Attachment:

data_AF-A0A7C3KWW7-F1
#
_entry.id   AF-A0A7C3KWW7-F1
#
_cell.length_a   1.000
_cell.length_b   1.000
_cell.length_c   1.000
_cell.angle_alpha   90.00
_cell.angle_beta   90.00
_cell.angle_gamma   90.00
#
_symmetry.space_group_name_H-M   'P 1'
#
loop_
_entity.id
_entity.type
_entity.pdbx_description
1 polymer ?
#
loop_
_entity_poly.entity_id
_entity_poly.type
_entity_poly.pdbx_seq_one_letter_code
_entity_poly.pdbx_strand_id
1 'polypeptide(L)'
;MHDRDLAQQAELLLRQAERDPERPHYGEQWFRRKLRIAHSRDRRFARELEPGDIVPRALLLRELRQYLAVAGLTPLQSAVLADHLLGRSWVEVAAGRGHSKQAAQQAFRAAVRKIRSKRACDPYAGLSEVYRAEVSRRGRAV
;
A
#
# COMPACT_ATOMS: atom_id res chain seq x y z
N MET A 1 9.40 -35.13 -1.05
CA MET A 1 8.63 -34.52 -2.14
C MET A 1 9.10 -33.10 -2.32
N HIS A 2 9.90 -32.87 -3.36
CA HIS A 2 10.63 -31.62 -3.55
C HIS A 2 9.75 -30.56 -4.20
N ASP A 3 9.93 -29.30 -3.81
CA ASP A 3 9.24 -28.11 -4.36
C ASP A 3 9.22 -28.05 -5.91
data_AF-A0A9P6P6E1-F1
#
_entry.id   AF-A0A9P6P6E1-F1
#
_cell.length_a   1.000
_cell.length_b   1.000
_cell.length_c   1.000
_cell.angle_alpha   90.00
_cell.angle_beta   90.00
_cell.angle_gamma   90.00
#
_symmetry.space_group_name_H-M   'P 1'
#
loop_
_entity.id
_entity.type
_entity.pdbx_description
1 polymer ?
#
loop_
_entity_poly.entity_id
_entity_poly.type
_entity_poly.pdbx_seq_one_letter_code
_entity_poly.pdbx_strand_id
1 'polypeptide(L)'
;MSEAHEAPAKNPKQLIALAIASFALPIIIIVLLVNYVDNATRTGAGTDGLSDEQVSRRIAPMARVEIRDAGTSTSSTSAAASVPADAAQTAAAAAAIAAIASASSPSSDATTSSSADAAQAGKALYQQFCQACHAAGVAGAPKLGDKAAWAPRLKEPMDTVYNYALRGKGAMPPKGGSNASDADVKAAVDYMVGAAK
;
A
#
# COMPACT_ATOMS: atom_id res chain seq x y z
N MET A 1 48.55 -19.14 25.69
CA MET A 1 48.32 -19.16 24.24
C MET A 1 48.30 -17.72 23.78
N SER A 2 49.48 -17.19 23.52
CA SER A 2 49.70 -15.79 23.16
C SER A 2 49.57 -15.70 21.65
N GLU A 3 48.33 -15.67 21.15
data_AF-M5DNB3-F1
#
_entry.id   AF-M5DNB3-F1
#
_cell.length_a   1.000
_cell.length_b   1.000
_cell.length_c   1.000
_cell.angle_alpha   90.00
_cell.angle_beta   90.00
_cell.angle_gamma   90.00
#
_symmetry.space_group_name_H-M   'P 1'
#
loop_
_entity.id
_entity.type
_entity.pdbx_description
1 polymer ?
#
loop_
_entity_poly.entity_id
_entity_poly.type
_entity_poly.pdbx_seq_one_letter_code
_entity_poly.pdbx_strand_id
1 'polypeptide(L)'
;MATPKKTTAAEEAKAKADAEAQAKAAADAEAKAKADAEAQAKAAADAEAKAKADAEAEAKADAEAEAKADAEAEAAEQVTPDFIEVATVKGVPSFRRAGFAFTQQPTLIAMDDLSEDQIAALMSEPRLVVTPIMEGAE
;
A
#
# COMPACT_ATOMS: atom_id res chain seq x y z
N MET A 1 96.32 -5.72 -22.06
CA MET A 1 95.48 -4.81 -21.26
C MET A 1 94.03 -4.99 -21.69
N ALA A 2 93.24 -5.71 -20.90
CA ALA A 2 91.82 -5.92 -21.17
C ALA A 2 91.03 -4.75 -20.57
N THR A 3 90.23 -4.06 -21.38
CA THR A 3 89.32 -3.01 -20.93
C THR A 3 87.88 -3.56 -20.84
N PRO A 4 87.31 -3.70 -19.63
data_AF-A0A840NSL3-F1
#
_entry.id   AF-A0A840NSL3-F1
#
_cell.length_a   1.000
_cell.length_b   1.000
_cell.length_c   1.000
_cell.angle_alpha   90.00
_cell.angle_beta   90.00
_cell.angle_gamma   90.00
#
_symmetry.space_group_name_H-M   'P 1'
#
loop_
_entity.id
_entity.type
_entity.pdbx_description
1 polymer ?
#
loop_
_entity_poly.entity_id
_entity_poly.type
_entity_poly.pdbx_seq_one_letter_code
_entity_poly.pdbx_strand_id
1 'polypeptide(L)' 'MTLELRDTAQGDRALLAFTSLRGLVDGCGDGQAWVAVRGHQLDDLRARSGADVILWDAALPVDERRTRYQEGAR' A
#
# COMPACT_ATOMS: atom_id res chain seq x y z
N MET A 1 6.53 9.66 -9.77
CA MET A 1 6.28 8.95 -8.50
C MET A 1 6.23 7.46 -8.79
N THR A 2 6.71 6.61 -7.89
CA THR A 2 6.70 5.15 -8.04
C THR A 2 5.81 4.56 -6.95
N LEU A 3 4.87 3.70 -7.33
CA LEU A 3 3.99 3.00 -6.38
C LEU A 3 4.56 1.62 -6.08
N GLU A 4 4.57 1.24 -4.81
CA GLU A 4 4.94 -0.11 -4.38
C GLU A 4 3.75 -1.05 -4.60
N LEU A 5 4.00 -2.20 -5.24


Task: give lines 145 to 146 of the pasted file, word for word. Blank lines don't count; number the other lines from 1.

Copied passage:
CA MET A 1 6.28 8.95 -8.50
C MET A 1 6.23 7.46 -8.79